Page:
The aim of nursery school is implicitly educational-not just in the field of encouraging the child’s intellectual development but also enlarging the child’s social skills in relating to other children and adults, and encouraging independence.
Children at play need time to run around and let off steam, as well as time for constructive play, and a good nursery school will offer a healthy balance between free and structured times of the day.
It’s important to have some structured activity in each play session, as this encourages concentration and task solving, hence encouraging intellectual development.
Typical activities of this sort which children enjoy are all types of art work, color matching games, construction materials, puzzles, make-believes, and so on.
Three-year-olds onwards especially enjoy periods of make-believe and will develop complex imaginative games and conversations, particularly if left alone without adults to inhibit their imagination. In these imaginary games at this age children often play best in pairs, and most often seem to choose friends of their own sex.
By three, children are well aware of whether they are boys or girls, and may already be developing stereotyped ideas of how each sex should behave in response to adult and environmental conditioning.
Try and find a nursery school which employ staff of both sexes, and where children are encouraged to play within a wide range of activities, such as woodwork, cooking and so on in a way which does not encourage sex stereotyping.
For much of the time children enjoy playing in groups, particularly for singing and dancing games, and stories. Being with other children encourages learning to co-operate with others, to respect other children, and to listen to and help others.
Choosing a nursery school
Selecting any form of pre-school facility may seem rather daunting. It is very much an individual decision, based on your own needs and what you feel is most appropriate for your child.
Do not be too influenced by other people’s opinions, but go and see for yourself and trust your own intuitive feelings. It is important to find somewhere that seems truly to like and value children, and that is warm and welcoming to both parents and children.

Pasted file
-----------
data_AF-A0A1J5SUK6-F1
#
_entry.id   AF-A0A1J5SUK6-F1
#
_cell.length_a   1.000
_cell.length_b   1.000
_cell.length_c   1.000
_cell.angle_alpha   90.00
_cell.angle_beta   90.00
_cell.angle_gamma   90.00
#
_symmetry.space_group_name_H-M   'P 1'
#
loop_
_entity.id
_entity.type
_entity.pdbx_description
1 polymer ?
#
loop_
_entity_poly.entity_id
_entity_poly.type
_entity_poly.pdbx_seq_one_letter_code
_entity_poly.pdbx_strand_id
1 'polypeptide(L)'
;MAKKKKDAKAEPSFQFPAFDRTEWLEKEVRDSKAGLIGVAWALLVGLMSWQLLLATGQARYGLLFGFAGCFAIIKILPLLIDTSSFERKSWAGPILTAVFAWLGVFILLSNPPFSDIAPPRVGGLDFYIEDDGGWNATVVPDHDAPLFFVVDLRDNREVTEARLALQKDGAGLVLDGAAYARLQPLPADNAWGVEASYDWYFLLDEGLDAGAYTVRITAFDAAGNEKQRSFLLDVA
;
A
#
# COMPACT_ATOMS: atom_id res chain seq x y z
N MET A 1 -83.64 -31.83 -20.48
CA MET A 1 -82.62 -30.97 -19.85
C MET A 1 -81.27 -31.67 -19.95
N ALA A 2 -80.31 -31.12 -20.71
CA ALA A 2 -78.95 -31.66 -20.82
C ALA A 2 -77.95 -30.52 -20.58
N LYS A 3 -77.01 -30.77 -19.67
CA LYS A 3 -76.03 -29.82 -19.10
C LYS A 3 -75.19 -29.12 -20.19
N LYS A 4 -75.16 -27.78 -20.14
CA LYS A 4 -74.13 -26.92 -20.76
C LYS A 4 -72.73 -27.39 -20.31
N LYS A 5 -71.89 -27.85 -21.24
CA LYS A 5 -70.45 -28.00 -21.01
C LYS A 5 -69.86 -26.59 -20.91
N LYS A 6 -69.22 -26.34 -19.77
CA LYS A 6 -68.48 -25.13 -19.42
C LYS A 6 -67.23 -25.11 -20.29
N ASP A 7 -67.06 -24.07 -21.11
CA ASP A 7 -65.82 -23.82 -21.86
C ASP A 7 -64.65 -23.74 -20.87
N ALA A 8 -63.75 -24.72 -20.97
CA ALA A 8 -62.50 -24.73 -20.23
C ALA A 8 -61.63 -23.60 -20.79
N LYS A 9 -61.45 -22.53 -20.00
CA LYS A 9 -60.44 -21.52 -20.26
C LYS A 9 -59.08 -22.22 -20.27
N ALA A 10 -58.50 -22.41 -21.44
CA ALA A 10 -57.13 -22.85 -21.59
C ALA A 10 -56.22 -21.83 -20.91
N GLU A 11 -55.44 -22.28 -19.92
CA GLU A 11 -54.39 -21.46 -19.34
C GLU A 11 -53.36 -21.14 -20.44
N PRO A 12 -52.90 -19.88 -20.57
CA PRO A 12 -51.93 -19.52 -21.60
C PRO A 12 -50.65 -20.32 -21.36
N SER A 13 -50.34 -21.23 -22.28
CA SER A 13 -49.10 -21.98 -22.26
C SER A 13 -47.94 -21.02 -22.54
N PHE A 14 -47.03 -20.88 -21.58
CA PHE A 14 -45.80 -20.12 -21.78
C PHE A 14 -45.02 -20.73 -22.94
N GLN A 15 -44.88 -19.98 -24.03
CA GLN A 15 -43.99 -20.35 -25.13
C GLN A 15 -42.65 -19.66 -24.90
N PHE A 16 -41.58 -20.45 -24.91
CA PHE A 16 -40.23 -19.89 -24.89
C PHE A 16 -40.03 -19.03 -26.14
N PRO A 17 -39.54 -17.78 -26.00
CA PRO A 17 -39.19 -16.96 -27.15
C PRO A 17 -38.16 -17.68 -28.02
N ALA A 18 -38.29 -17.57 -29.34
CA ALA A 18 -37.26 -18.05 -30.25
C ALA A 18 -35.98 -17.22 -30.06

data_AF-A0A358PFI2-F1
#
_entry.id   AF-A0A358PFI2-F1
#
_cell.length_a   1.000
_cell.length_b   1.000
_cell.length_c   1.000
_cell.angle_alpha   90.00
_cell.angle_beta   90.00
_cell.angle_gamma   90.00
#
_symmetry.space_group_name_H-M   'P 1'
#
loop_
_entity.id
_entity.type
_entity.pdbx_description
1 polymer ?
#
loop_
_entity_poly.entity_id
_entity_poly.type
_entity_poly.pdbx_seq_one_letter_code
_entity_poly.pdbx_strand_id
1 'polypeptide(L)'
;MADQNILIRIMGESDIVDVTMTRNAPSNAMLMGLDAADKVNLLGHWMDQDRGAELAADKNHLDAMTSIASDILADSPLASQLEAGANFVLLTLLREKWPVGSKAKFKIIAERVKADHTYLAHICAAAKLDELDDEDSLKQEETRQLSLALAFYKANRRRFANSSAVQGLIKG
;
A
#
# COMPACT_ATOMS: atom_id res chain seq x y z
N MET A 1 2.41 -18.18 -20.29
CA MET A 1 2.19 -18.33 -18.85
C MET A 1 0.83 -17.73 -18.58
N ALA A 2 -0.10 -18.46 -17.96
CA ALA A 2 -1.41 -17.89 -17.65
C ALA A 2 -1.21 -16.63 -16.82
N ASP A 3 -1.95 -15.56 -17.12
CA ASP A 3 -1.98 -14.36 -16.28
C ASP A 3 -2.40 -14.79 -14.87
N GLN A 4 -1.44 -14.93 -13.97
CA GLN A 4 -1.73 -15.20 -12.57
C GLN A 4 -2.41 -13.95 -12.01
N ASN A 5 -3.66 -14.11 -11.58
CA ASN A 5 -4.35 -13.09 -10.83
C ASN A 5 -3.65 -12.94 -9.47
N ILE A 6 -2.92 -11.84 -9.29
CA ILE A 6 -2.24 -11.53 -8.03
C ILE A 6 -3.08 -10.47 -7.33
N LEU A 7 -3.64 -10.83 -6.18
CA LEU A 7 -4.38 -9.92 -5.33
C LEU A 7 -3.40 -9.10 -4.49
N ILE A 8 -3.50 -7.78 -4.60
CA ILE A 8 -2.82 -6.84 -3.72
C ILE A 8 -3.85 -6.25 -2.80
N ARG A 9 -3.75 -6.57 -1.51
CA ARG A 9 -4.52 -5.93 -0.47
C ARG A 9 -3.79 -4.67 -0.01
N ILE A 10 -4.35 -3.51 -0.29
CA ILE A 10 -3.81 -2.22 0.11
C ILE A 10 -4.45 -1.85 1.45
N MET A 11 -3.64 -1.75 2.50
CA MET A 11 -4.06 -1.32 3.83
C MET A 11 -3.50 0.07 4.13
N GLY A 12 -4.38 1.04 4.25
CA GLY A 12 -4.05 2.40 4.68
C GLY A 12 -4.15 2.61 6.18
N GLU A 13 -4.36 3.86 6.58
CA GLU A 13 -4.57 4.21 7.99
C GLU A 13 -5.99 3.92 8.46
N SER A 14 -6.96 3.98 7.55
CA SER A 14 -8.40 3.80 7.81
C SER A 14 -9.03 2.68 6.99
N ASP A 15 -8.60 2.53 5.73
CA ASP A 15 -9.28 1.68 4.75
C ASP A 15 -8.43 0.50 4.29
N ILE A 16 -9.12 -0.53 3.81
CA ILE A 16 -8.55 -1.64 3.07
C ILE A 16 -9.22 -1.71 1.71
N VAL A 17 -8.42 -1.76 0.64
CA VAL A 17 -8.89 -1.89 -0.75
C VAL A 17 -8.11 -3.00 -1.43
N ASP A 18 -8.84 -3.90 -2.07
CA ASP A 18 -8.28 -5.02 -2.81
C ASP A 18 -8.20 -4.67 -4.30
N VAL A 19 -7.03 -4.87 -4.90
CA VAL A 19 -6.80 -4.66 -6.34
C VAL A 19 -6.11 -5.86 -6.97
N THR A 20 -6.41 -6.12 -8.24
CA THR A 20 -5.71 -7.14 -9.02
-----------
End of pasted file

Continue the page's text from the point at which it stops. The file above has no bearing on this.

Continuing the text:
Beware of the too-tidy nursery, and be sure to ask about the aims and philosophies of the place in order to find out if your ideas are similar to theirs. This is particularly important in respect of discipline, competitiveness, attitudes to toileting and meal times.
Don’t be afraid to ask questions about aspects you find worrying, and look for open, frank answers. Good nursery teachers will welcome parental interest and constructive criticism, and will be happy for parents to become involved in nursery activities.
Some nursery schools stress the educational nature of the activities offered to children and may even encourage early reading.
Although some children will enjoy these, those who aren’t ready for reading (the majority of four-year-olds) will be put off or discouraged by these activities, especially if they are forced to join in. T
Here is no evidence to suggest that it is helpful for children to learn to read before starting school at five, and for many children it is an unnecessary pressure which can undermine self-confidence.
Education is far broader than learning to read and write, and all the ‘play’ activities in pre-school groups are in themselves educational.
When considering any change of environment for your pres-school child, try and plan it carefully. Small children do not respond well to sudden changes.
Some children are sociable and extrovert and will cheerfully wave goodbye on their first day at a new nursery, others are perhaps more apprehensive and anxious about separation from a parent and will need a few weeks of settling.
If you have a child who is clearly unhappy after three or four months, then it is important to discuss this with the teachers or a counsellor as you may need to re-think and have your child back at home until she is a bit older.